Positives and Major Flaws with SB 313, NH’s Medicaid Expansion Reauthorization Bill

The following is a copy of Granite State Progress & Education Fund testimony to the State Senate Finance Committee on SB 313, the Medicaid expansion reauthorization bill.

Chairman Gary Daniels
Senate Finance Committee
New Hampshire Senate
Concord, New Hampshire, 03301

February 20, 2018

RE:       SB 313, Reforming New Hampshire’s Medicaid and Premium Assistance Program

Dear Chairman Daniels, Vice Chairman Reagan, and Committee Members,

Thank you for the opportunity to provide testimony regarding SB 313, Reforming New Hampshire’s Medicaid and Premium Assistance Program.  Granite State Progress & Education Fund supports Medicaid expansion reauthorization and the underlying goals of this legislation.

Granite State Progress & Education Fund is a multi-issue advocacy organization working on issues of immediate state and local concern. For the last decade, our organization has engaged in activities to increase access to quality, affordable health care in New Hampshire, and to ensure consumers know about the programs and protections available to them.

Medicaid expansion reauthorization is critical to ensure 50,000 lower income Granite Staters have access to quality, affordable health care.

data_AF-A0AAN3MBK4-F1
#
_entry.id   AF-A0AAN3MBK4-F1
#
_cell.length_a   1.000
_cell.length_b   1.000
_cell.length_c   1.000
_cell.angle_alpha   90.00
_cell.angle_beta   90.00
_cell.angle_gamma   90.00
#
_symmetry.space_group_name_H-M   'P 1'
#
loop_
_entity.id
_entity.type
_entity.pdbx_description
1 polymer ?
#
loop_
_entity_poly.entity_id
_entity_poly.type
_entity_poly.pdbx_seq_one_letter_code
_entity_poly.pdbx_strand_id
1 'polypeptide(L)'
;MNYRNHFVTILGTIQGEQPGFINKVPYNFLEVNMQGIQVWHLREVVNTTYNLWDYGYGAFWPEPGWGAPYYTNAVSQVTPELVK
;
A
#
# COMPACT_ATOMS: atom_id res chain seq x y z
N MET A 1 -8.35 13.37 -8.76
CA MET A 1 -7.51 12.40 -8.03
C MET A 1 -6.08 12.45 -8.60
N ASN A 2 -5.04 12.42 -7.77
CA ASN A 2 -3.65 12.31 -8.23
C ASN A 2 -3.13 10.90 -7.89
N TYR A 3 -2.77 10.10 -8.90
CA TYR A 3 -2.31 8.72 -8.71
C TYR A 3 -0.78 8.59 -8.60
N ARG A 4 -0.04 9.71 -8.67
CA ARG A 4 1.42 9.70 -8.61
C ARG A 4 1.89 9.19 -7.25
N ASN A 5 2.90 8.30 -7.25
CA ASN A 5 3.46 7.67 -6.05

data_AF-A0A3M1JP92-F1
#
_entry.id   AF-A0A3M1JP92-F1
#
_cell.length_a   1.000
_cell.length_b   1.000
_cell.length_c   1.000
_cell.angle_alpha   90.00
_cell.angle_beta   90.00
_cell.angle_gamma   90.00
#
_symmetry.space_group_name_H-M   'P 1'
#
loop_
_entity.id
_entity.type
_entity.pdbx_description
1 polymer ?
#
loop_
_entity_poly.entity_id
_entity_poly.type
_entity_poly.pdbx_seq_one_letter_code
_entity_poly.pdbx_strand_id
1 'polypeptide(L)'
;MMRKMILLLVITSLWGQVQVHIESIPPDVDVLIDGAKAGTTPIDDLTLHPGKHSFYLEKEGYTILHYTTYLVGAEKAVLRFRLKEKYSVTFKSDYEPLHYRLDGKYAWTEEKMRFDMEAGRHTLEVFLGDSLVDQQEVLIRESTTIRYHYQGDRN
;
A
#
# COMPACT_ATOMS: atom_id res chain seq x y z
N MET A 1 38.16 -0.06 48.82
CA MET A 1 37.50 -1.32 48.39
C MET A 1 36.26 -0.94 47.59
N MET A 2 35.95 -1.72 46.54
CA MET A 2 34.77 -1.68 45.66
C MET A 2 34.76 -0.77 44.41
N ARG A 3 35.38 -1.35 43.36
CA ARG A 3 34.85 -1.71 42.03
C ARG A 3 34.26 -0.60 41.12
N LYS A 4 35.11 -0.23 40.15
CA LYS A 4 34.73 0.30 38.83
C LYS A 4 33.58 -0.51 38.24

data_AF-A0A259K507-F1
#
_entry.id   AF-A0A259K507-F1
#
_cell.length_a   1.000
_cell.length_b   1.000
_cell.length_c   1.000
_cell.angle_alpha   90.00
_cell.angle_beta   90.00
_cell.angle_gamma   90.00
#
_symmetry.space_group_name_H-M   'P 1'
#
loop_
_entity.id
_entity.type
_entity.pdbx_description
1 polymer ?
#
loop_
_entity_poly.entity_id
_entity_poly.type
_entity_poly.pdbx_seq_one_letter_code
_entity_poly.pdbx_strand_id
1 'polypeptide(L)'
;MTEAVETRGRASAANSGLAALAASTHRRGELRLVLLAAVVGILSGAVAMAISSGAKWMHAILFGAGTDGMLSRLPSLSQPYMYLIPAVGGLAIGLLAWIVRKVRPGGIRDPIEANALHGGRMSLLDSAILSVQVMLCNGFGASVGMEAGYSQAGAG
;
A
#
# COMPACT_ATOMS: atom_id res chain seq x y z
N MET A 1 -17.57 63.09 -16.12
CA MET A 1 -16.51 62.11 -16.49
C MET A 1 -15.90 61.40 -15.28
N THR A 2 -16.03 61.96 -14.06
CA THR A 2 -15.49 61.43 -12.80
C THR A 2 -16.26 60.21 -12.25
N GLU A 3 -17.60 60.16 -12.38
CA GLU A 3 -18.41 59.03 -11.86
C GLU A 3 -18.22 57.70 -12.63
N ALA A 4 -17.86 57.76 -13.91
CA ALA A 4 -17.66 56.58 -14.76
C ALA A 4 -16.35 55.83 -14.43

New Hampshire has come together time and again to craft an innovative, bipartisan solution to draw down federal dollars and expand access to health care coverage in New Hampshire. As Governor Chris Sununu said in his State of the State, we all agree Medicaid expansion should be reauthorized – it’s just a matter of how we do it. As the legislature works to craft a uniquely New Hampshire solution, we call on you to focus on reducing barriers to coverage in order to improve the lives of Granite Staters and keep our state healthy and strong.

Positive aspects of the current version of SB 313, which we support, include:

Reauthorization for 5 years, which is a positive step toward providing stability for Medicaid expansion enrollees;

Establishing behavioral health rates sufficient to ensure access to, and provider capacity for, all behavioral health services including substance use disorder services;

Establishing the Granite Workforce Pilot Program to promote job and work preparation in high labor need areas, such as health care, advanced manufacturing, construction and building trades, information technology, and hospitality; and to create a network of assistance to eliminate barriers to work such as transportation and child care issues;

While the bill establishes a work requirement, which is not ideal, we do appreciate that it provides exceptions for those who participate in community engagement activities such as job training, job search assistance, educational training (GED, college, or vocational), community service, caregiver responsibilities, and substance abuse disorder treatment.